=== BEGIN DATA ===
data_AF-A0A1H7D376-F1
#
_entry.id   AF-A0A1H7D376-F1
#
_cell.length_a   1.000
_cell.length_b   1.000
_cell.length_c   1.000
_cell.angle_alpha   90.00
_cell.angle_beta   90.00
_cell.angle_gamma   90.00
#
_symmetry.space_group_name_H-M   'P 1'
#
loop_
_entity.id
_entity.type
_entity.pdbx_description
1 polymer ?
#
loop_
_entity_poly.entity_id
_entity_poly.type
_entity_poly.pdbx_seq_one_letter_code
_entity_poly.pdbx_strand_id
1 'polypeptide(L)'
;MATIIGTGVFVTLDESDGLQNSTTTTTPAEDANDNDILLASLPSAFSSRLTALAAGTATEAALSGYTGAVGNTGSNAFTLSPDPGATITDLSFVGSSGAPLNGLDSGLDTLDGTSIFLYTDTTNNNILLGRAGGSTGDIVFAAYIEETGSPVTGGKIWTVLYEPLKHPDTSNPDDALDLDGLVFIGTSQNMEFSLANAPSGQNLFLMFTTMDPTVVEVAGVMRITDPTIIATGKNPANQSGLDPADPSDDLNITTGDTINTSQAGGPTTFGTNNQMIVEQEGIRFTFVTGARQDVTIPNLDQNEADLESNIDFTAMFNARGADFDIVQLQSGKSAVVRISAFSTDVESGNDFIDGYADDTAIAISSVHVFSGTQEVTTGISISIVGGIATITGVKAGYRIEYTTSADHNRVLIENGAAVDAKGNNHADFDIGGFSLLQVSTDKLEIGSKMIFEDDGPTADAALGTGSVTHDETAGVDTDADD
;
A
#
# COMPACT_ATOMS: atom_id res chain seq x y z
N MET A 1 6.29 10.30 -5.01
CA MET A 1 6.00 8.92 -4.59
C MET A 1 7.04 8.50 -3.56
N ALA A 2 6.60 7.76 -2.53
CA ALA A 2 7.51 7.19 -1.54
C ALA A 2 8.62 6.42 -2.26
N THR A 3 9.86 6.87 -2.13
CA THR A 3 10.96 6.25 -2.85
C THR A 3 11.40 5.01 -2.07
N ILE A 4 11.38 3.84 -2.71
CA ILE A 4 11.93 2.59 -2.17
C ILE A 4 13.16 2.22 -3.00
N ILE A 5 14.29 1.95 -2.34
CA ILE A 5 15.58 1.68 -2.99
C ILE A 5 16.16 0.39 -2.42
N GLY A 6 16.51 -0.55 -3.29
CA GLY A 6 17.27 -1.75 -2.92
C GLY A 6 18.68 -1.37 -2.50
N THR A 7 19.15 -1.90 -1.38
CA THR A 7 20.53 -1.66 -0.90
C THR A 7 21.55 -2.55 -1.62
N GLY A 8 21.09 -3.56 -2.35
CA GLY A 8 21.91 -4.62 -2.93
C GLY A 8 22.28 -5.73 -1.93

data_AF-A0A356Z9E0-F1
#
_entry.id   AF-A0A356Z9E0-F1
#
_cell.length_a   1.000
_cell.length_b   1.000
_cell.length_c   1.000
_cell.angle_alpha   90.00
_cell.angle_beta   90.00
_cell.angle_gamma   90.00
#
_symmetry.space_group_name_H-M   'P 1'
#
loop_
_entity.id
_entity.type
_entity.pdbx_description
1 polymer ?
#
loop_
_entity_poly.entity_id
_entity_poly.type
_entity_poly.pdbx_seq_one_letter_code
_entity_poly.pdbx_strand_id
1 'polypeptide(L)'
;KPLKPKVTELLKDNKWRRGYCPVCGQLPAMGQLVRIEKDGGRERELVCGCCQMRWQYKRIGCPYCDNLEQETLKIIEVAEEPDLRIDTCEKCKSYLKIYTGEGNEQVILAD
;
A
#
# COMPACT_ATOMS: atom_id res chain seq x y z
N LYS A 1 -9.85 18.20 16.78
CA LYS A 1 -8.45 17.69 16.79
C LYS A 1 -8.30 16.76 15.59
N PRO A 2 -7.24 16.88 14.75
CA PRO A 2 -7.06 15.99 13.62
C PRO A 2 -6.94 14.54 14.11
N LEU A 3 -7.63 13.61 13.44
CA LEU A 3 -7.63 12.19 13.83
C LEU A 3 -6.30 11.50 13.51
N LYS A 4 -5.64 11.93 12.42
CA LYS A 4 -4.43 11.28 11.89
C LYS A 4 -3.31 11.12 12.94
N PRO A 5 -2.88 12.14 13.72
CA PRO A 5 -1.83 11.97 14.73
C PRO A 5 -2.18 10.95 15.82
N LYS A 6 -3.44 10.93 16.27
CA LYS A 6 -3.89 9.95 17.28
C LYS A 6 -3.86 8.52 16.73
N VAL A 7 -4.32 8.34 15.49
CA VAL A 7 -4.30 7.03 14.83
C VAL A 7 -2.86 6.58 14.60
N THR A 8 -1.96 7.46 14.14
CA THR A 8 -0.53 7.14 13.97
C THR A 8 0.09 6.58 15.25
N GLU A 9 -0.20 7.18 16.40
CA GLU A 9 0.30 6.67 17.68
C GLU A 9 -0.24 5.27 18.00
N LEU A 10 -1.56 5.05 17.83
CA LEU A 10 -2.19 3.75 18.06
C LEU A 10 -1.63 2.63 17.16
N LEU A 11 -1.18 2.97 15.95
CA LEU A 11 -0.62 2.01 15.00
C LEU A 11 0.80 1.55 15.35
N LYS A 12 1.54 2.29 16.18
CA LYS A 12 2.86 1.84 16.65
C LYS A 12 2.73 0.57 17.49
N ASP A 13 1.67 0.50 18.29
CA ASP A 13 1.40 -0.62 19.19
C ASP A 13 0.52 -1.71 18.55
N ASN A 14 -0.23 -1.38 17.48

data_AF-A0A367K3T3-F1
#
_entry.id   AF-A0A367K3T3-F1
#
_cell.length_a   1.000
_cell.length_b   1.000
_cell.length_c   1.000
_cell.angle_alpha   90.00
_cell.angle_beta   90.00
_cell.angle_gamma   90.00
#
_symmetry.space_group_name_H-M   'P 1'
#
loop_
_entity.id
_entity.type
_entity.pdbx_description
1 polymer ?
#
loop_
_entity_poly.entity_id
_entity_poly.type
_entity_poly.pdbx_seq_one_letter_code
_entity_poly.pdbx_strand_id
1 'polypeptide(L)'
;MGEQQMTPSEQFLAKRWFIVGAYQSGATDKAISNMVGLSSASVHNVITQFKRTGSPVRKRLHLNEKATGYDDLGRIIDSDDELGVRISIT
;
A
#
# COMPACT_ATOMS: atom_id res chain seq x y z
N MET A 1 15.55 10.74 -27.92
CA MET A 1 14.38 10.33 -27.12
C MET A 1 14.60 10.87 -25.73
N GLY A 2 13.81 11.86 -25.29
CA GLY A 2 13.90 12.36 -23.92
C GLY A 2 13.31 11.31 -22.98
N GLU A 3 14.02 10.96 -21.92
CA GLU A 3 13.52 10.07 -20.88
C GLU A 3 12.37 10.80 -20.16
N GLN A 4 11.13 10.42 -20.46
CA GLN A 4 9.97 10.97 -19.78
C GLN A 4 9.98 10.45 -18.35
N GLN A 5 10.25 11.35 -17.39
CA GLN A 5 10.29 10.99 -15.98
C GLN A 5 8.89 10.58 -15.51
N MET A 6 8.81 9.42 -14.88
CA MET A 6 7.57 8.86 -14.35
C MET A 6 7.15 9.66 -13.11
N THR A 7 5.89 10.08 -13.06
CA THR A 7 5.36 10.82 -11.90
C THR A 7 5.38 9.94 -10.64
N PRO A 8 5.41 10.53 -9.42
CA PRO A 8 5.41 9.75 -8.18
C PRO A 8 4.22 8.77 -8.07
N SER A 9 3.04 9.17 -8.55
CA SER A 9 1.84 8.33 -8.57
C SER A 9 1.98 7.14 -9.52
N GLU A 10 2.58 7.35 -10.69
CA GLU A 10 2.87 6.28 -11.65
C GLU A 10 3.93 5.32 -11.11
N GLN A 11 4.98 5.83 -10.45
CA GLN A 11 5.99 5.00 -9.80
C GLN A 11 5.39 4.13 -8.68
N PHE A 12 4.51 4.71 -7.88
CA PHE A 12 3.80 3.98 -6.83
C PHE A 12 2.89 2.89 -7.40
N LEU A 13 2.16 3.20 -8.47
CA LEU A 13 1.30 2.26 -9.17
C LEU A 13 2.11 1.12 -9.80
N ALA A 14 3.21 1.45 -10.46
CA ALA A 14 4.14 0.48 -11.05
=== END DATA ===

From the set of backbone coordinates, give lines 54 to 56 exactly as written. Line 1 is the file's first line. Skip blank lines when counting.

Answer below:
C GLY A 8 22.28 -5.73 -1.93

data_AF-A0A356Z9E0-F1
#